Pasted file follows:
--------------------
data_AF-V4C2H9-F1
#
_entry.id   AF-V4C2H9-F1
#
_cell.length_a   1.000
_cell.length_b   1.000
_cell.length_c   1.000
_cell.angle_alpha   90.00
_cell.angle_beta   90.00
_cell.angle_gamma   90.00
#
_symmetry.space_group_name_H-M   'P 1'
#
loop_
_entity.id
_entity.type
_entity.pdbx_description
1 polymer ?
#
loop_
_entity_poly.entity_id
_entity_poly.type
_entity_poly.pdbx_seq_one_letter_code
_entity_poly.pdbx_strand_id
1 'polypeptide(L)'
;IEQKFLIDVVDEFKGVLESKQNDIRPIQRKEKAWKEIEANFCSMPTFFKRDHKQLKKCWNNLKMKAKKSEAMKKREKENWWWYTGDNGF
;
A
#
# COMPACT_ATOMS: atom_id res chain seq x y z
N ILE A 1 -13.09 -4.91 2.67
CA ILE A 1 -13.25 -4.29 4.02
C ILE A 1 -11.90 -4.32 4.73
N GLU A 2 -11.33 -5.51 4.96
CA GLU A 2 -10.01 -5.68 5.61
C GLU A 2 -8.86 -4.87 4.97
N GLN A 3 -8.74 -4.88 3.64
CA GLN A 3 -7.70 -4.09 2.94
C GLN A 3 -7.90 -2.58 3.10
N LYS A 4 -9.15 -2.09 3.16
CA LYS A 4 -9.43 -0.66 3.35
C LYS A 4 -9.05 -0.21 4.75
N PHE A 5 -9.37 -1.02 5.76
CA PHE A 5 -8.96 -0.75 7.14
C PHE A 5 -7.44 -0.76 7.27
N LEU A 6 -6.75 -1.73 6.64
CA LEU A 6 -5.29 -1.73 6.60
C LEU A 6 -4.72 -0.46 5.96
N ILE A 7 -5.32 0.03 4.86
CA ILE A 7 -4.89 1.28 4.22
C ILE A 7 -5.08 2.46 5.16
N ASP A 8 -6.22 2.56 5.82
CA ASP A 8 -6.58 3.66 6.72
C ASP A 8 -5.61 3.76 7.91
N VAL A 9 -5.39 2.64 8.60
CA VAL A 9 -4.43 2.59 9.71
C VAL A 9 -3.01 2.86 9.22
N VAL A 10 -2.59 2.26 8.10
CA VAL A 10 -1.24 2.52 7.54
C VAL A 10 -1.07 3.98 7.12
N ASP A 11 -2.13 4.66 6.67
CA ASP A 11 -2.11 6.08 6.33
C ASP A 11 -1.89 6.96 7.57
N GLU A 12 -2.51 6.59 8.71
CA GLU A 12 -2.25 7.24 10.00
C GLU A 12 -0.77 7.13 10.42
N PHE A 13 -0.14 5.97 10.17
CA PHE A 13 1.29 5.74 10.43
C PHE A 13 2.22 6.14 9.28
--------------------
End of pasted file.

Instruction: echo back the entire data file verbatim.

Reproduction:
data_AF-V4C2H9-F1
#
_entry.id   AF-V4C2H9-F1
#
_cell.length_a   1.000
_cell.length_b   1.000
_cell.length_c   1.000
_cell.angle_alpha   90.00
_cell.angle_beta   90.00
_cell.angle_gamma   90.00
#
_symmetry.space_group_name_H-M   'P 1'
#
loop_
_entity.id
_entity.type
_entity.pdbx_description
1 polymer ?
#
loop_
_entity_poly.entity_id
_entity_poly.type
_entity_poly.pdbx_seq_one_letter_code
_entity_poly.pdbx_strand_id
1 'polypeptide(L)'
;IEQKFLIDVVDEFKGVLESKQNDIRPIQRKEKAWKEIEANFCSMPTFFKRDHKQLKKCWNNLKMKAKKSEAMKKREKENWWWYTGDNGF
;
A
#
# COMPACT_ATOMS: atom_id res chain seq x y z
N ILE A 1 -13.09 -4.91 2.67
CA ILE A 1 -13.25 -4.29 4.02
C ILE A 1 -11.90 -4.32 4.73
N GLU A 2 -11.33 -5.51 4.96
CA GLU A 2 -10.01 -5.68 5.61
C GLU A 2 -8.86 -4.87 4.97
N GLN A 3 -8.74 -4.88 3.64
CA GLN A 3 -7.70 -4.09 2.94
C GLN A 3 -7.90 -2.58 3.10
N LYS A 4 -9.15 -2.09 3.16
CA LYS A 4 -9.43 -0.66 3.35
C LYS A 4 -9.05 -0.21 4.75
N PHE A 5 -9.37 -1.02 5.76
CA PHE A 5 -8.96 -0.75 7.14
C PHE A 5 -7.44 -0.76 7.27
N LEU A 6 -6.75 -1.73 6.64
CA LEU A 6 -5.29 -1.73 6.60
C LEU A 6 -4.72 -0.46 5.96
N ILE A 7 -5.32 0.03 4.86
CA ILE A 7 -4.89 1.28 4.22
C ILE A 7 -5.08 2.46 5.16
N ASP A 8 -6.22 2.56 5.82
CA ASP A 8 -6.58 3.66 6.72
C ASP A 8 -5.61 3.76 7.91
N VAL A 9 -5.39 2.64 8.60
CA VAL A 9 -4.43 2.59 9.71
C VAL A 9 -3.01 2.86 9.22
N VAL A 10 -2.59 2.26 8.10
CA VAL A 10 -1.24 2.52 7.54
C VAL A 10 -1.07 3.98 7.12
N ASP A 11 -2.13 4.66 6.67
CA ASP A 11 -2.11 6.08 6.33
C ASP A 11 -1.89 6.96 7.57
N GLU A 12 -2.51 6.59 8.71
CA GLU A 12 -2.25 7.24 10.00
C GLU A 12 -0.77 7.13 10.42
N PHE A 13 -0.14 5.97 10.17
CA PHE A 13 1.29 5.74 10.43
C PHE A 13 2.22 6.14 9.28